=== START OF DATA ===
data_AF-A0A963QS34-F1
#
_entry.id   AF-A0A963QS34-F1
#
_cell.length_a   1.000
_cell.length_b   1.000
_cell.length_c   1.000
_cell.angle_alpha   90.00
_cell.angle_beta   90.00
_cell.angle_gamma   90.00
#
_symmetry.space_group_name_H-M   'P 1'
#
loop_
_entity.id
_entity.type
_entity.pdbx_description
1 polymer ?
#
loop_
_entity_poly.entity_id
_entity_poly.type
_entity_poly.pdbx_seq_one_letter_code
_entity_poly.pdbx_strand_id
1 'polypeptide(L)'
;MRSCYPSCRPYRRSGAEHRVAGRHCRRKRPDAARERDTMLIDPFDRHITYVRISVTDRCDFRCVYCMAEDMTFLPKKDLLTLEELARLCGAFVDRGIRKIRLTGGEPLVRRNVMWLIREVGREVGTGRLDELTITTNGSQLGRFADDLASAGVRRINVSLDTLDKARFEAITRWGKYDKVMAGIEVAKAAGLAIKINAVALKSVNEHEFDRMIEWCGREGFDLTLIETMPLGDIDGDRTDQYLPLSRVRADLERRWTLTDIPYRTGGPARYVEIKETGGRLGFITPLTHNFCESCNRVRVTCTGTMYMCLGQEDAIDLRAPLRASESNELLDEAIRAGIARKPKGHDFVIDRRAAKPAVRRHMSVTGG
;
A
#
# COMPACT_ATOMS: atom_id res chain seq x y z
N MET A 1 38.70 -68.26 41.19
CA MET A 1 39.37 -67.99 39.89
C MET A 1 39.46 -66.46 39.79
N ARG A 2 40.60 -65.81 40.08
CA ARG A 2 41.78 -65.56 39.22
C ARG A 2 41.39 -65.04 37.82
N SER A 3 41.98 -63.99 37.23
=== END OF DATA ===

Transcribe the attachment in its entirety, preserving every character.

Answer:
data_AF-A0A963QS34-F1
#
_entry.id   AF-A0A963QS34-F1
#
_cell.length_a   1.000
_cell.length_b   1.000
_cell.length_c   1.000
_cell.angle_alpha   90.00
_cell.angle_beta   90.00
_cell.angle_gamma   90.00
#
_symmetry.space_group_name_H-M   'P 1'
#
loop_
_entity.id
_entity.type
_entity.pdbx_description
1 polymer ?
#
loop_
_entity_poly.entity_id
_entity_poly.type
_entity_poly.pdbx_seq_one_letter_code
_entity_poly.pdbx_strand_id
1 'polypeptide(L)'
;MRSCYPSCRPYRRSGAEHRVAGRHCRRKRPDAARERDTMLIDPFDRHITYVRISVTDRCDFRCVYCMAEDMTFLPKKDLLTLEELARLCGAFVDRGIRKIRLTGGEPLVRRNVMWLIREVGREVGTGRLDELTITTNGSQLGRFADDLASAGVRRINVSLDTLDKARFEAITRWGKYDKVMAGIEVAKAAGLAIKINAVALKSVNEHEFDRMIEWCGREGFDLTLIETMPLGDIDGDRTDQYLPLSRVRADLERRWTLTDIPYRTGGPARYVEIKETGGRLGFITPLTHNFCESCNRVRVTCTGTMYMCLGQEDAIDLRAPLRASESNELLDEAIRAGIARKPKGHDFVIDRRAAKPAVRRHMSVTGG
;
A
#
# COMPACT_ATOMS: atom_id res chain seq x y z
N MET A 1 38.70 -68.26 41.19
CA MET A 1 39.37 -67.99 39.89
C MET A 1 39.46 -66.46 39.79
N ARG A 2 40.60 -65.81 40.08
CA ARG A 2 41.78 -65.56 39.22
C ARG A 2 41.39 -65.04 37.82
N SER A 3 41.98 -63.99 37.23